Current Watches and Warnings
North Carolina, Coastal New Hanover
Public Information Statement
Statement as of 4:25 AM EDT on May 26, 2015
... This week is National hurricane awareness week...
It is time for you to prepare for the 2015 hurricane season. The
Atlantic hurricane season begins each year on June 1st and ends
November 30th. Being prepared can make a big difference in your
ability to Cope when a storm threatens.
Today we cover high winds and tornadoes.
The intensity of a hurricane is expressed in terms of categories
related to wind speeds and potential damage... called the
Saffir-Simpson hurricane wind scale... ranging from category 1 to
category 5. A category 1 storm is the weakest with maximum sustained
winds between 74 and 95 mph (64 to 82 kt). A category 2 storm will
have maximum sustained winds between 96 and 110 mph (83 to 95 kt).
A hurricane is called a major hurricane when it becomes category 3
or higher. A category 3 storm is a storm with maximum sustained
winds between 111 and 129 mph (96 to 112 kt). Category 4 storms have
maximum sustained winds between 130 and 156 mph (113 to 136 kt) and
on average can be expected to cause damage 1000 times greater than a
category 1 storm. Maximum sustained wind speeds in a category 5
storm will be greater than 157 mph (137 kt).
Tropical storm force winds are strong enough to be dangerous to
those caught in them. Every effort should be made to evacuate or
take shelter before the arrival of tropical storm force winds.
Hurricane force winds can destroy poorly constructed buildings and
Mobile homes. Debris... such as signs... roofing material...
siding... and small items left outside become flying missiles
The strongest winds usually occur on the right front side of the
eyewall... the most intense area of winds just outside the eye.
Although wind speeds typically decrease significantly within 12
hours of landfall... winds can remain above hurricane strength well
Hurricanes also produce tornadoes... which add to the hurricanes
destructive power. Tornadoes are most likely to occur in the right
front portion of the storm... but they can also be found embedded in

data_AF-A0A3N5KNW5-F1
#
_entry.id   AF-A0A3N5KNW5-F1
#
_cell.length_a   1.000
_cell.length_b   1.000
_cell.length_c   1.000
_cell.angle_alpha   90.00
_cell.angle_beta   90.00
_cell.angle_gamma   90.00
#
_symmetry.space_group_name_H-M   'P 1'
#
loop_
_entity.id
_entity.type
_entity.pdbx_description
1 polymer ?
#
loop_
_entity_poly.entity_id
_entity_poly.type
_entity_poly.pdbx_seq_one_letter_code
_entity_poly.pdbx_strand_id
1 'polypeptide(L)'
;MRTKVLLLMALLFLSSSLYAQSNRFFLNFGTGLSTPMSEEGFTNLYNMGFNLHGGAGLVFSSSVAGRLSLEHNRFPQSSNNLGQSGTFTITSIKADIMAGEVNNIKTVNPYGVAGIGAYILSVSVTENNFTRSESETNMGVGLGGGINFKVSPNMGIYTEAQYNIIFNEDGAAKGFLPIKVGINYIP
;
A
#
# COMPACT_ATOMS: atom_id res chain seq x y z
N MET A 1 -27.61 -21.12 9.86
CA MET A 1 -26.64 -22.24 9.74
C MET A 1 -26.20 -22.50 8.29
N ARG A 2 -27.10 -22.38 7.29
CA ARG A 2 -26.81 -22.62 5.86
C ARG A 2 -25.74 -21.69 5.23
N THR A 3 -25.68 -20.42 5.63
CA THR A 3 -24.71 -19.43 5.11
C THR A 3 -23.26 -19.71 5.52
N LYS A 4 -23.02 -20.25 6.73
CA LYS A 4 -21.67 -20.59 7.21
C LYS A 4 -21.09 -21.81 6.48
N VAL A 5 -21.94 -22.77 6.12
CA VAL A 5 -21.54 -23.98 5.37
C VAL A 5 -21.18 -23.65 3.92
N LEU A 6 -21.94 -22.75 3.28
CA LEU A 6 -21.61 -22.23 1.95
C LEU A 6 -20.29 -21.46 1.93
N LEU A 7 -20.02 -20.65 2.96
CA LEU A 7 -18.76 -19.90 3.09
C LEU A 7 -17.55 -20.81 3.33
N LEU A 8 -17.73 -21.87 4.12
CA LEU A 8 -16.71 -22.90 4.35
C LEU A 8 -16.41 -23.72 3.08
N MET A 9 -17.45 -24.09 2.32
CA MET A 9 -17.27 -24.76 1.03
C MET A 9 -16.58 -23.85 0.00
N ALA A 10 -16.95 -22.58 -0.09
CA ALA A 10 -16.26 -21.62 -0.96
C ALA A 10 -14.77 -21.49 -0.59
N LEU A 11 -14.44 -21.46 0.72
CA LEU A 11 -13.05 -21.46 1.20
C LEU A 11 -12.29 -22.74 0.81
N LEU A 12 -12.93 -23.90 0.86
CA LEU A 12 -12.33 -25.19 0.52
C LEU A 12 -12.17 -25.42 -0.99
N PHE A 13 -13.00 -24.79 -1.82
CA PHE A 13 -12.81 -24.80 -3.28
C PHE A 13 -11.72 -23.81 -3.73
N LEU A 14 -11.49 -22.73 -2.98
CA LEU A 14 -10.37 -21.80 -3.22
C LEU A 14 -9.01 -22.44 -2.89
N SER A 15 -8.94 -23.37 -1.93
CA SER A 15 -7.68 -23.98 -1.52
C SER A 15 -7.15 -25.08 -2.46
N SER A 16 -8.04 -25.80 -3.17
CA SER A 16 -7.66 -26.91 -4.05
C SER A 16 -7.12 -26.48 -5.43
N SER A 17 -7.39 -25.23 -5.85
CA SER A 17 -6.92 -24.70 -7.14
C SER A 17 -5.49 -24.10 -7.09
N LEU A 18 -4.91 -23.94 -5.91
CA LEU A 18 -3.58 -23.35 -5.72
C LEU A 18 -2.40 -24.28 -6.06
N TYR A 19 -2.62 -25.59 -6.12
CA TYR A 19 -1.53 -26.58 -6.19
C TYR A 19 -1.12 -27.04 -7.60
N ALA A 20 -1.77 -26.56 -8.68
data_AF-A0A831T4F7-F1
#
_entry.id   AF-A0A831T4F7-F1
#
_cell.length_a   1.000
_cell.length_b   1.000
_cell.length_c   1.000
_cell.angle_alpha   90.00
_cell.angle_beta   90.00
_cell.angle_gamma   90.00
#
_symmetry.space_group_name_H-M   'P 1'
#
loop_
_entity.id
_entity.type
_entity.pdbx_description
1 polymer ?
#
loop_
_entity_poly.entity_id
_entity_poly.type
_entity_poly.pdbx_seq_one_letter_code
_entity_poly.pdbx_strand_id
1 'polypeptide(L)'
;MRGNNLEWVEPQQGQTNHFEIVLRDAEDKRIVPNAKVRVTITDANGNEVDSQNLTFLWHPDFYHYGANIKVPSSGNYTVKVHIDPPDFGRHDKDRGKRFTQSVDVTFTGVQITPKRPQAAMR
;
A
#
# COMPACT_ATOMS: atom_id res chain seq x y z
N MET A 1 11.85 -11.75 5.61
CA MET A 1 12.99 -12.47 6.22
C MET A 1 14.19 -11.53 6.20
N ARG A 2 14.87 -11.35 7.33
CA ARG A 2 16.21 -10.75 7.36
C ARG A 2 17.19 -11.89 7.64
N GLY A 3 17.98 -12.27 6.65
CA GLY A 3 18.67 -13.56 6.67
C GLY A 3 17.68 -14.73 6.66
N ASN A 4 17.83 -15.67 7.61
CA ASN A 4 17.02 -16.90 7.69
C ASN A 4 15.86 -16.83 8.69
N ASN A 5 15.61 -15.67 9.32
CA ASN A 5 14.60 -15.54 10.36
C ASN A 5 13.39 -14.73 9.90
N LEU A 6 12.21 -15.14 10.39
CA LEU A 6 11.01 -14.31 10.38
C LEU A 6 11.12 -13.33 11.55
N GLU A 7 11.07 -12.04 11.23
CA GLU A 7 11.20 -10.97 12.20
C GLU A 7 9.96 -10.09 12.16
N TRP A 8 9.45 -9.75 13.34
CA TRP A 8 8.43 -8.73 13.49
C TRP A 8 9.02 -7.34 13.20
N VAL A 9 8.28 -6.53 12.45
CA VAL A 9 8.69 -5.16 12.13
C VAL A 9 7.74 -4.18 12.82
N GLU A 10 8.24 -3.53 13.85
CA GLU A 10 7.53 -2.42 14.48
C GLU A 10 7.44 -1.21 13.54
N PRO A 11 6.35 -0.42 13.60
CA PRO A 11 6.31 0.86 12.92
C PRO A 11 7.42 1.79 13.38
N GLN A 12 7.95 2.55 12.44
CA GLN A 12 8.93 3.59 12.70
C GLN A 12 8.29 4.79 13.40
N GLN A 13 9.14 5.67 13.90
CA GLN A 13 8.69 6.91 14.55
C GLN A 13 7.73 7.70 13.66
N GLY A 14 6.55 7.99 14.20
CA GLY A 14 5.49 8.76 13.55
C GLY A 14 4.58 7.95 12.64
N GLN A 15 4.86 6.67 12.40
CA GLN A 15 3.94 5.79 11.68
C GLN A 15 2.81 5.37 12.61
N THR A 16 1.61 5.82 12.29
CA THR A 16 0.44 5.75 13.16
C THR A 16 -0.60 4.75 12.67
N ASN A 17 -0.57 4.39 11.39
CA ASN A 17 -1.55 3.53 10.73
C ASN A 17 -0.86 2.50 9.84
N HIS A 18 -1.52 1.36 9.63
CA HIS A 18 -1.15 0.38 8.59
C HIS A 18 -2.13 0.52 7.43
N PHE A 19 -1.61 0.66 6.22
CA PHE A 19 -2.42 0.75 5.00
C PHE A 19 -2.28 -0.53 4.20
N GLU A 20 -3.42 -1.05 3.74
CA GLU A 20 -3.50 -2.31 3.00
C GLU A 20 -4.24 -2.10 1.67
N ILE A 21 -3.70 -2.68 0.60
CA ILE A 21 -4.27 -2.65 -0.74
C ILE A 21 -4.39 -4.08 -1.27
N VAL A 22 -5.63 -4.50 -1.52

rainbands well away from the center of the storm.
Unlike tornadoes that develop in strong thunderstorms... tornadoes
associated with tropical cyclones are not usually accompanied by
hail or lightning. Tornadoes can occur for days after landfall when
the cyclone remnants persist as an identifiable low. Tropical cyclone
tornadoes can develop at any time of day or night... though by about
12 hours after landfall they tend to occur more often during the day.
- Alabama - Coastal Hazard Statement , Dense Fog Advisory
- Alaska - Record Report
- Arizona - Record Report
- Arkansas - Areal Flood Warning , Flood Warning , Record Report
- California - Beach Hazard Statement , Record Report
- Colorado - Flood Warning , Public Information Statement
- Connecticut - Public Information Statement
- Florida - Coastal Hazard Statement , Record Report
- Georgia - Public Information Statement
- Idaho - Record Report
- Illinois - Public Information Statement
- Indiana - Public Information Statement
- Iowa - Public Information Statement
- Kansas - Flood Warning , Public Information Statement
- Kentucky - Public Information Statement
- Louisiana - Flood Warning
- Michigan - Record Report
- Minnesota - Public Information Statement
- Mississippi - Special Statement , Record Report
- Missouri - Flood Warning , Areal Flood Warning , Record Report , Public Information Statement
- Montana - Areal Flood Warning
- Nevada - Record Report
- New Jersey - Public Information Statement
- New York - Public Information Statement
- North Carolina - Public Information Statement
- North Dakota - Special Statement
- Oklahoma - Areal Flood Warning , Dense Fog Advisory
- Pennsylvania - Public Information Statement
- South Carolina - Public Information Statement
- South Dakota - Areal Flood Warning
- Tennessee - Record Report
- Texas - Flood Warning , Flash Flood Warning , Areal Flood Warning , Dense Fog Advisory , Record Report , Public Information Statement
- Wisconsin - Public Information Statement
- Wyoming - Areal Flood Advisory